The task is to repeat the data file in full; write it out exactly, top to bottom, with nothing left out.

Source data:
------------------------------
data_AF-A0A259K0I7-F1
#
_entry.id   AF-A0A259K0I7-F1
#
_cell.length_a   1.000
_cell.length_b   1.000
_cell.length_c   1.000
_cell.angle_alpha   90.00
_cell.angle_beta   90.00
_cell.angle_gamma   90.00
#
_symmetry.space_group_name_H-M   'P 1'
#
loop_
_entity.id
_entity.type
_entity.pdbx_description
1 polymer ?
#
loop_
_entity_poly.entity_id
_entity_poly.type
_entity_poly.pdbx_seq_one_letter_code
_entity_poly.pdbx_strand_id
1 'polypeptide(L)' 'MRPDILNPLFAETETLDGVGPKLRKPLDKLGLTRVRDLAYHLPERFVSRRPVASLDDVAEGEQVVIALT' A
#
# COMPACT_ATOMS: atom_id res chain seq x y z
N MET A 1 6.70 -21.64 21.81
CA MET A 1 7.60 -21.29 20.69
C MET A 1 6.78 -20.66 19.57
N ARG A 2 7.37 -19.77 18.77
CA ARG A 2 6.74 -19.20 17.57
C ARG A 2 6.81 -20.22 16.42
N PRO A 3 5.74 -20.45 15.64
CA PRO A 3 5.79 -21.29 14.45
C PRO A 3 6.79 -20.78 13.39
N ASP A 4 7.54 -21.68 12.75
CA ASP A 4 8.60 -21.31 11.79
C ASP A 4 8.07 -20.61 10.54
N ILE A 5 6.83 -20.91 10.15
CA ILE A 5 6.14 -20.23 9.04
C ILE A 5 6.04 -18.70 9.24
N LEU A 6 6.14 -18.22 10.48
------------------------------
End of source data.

data_AF-A0A259K0I7-F1
#
_entry.id   AF-A0A259K0I7-F1
#
_cell.length_a   1.000
_cell.length_b   1.000
_cell.length_c   1.000
_cell.angle_alpha   90.00
_cell.angle_beta   90.00
_cell.angle_gamma   90.00
#
_symmetry.space_group_name_H-M   'P 1'
#
loop_
_entity.id
_entity.type
_entity.pdbx_description
1 polymer ?
#
loop_
_entity_poly.entity_id
_entity_poly.type
_entity_poly.pdbx_seq_one_letter_code
_entity_poly.pdbx_strand_id
1 'polypeptide(L)' 'MRPDILNPLFAETETLDGVGPKLRKPLDKLGLTRVRDLAYHLPERFVSRRPVASLDDVAEGEQVVIALT' A
#
# COMPACT_ATOMS: atom_id res chain seq x y z
N MET A 1 6.70 -21.64 21.81
CA MET A 1 7.60 -21.29 20.69
C MET A 1 6.78 -20.66 19.57
N ARG A 2 7.37 -19.77 18.77
CA ARG A 2 6.74 -19.20 17.57
C ARG A 2 6.81 -20.22 16.42
N PRO A 3 5.74 -20.45 15.64
CA PRO A 3 5.79 -21.29 14.45
C PRO A 3 6.79 -20.78 13.39
N ASP A 4 7.54 -21.68 12.75
CA ASP A 4 8.60 -21.31 11.79
C ASP A 4 8.07 -20.61 10.54
N ILE A 5 6.83 -20.91 10.15
CA ILE A 5 6.14 -20.23 9.04
C ILE A 5 6.04 -18.70 9.24
N LEU A 6 6.14 -18.22 10.48